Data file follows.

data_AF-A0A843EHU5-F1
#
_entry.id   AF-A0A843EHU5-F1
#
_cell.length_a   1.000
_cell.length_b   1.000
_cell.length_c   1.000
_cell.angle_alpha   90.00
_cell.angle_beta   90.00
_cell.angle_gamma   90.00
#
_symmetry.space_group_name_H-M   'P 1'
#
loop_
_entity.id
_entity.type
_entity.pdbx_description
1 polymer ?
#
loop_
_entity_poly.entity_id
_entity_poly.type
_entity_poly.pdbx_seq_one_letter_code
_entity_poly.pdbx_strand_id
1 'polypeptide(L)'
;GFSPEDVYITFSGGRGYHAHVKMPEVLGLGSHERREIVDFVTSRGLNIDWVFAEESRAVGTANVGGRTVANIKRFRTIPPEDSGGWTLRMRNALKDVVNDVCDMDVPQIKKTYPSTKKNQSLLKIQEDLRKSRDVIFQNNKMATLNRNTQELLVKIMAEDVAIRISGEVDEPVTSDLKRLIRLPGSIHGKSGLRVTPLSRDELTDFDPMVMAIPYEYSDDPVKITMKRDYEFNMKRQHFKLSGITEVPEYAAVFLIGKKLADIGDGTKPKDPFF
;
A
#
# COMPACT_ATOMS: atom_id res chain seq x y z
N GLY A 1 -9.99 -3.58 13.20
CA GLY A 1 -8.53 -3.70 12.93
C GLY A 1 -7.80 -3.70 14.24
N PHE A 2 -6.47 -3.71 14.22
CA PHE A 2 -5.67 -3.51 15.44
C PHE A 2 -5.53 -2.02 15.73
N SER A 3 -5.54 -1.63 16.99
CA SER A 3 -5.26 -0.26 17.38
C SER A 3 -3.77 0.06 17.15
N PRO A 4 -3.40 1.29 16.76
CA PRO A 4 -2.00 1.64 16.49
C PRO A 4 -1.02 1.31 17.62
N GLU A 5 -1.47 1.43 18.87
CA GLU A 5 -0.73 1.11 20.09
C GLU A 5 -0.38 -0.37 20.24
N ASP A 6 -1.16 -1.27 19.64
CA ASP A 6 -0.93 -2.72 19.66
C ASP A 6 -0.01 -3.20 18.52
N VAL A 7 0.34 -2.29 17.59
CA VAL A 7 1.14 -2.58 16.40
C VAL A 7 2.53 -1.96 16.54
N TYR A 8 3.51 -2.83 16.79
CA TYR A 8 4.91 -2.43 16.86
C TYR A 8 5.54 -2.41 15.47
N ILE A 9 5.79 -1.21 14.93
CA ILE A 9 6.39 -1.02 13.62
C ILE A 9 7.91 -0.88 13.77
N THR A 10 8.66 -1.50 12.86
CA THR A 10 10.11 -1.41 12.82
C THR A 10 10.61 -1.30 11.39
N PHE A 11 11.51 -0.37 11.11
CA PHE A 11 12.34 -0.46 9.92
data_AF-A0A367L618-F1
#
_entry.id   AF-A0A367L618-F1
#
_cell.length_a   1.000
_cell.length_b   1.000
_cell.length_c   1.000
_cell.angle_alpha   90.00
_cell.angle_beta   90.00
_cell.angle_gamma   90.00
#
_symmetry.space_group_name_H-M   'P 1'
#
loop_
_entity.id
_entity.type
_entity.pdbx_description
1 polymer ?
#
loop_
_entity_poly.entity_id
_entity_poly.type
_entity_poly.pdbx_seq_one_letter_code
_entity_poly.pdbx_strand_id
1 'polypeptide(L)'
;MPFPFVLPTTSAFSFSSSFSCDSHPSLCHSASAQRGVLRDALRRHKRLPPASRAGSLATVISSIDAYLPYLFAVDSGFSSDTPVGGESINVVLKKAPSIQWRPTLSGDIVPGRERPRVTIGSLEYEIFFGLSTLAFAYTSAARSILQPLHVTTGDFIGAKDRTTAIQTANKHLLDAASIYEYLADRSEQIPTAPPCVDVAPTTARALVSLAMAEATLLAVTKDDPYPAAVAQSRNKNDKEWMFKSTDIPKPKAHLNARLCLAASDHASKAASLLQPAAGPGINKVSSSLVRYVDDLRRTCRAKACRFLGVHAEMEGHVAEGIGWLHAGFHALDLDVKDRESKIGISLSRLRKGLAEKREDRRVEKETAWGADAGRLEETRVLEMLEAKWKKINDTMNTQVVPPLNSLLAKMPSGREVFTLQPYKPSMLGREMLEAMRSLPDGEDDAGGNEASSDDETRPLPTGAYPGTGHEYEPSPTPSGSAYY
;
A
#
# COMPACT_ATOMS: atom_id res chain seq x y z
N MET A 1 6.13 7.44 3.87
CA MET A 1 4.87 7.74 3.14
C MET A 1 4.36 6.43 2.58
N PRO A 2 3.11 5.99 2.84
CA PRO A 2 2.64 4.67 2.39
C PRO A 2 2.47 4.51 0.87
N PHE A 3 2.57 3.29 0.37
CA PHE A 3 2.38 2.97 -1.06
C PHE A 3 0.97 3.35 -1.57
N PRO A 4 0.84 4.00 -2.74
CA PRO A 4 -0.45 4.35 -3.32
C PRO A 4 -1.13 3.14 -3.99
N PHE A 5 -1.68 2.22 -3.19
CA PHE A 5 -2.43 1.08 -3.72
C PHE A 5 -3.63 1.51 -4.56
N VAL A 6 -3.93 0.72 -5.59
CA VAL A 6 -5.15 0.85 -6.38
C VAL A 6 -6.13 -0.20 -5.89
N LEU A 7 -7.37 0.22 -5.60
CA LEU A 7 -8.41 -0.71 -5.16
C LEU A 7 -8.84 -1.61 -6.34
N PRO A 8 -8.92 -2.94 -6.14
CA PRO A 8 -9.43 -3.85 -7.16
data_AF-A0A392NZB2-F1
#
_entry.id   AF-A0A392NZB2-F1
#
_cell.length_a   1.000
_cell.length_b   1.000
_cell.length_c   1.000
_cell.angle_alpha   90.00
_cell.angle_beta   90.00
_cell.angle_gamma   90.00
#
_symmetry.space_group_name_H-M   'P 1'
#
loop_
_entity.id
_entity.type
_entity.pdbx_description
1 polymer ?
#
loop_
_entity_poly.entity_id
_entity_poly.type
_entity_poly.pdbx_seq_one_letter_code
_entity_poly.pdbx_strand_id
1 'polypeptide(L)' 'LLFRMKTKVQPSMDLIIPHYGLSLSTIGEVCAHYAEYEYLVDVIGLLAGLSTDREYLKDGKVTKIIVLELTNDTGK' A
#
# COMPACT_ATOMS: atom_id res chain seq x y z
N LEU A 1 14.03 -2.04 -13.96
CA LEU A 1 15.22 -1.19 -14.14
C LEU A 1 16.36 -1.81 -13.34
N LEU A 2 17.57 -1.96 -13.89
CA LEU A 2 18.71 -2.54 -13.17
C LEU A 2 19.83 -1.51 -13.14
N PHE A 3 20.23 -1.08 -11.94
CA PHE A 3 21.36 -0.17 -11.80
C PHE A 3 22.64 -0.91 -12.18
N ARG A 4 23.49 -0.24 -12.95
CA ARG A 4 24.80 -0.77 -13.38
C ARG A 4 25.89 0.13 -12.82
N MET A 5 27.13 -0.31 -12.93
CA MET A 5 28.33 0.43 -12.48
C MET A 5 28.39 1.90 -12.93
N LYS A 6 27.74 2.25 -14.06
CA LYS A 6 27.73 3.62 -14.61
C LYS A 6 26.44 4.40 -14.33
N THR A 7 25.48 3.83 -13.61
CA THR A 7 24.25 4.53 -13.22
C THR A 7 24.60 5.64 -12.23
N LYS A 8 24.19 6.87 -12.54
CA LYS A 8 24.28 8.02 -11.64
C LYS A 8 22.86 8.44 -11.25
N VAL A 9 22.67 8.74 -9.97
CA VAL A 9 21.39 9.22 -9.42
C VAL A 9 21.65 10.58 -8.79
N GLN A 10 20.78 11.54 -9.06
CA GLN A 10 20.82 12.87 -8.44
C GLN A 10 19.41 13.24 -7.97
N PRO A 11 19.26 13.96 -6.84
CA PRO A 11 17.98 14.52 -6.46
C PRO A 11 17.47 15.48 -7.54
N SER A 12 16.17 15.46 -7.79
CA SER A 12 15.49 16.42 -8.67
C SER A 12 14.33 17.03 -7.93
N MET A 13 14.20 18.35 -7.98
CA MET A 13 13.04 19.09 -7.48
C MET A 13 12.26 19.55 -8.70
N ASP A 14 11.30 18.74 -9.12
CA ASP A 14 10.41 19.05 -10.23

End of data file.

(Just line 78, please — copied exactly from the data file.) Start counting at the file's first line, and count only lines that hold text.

_entity.type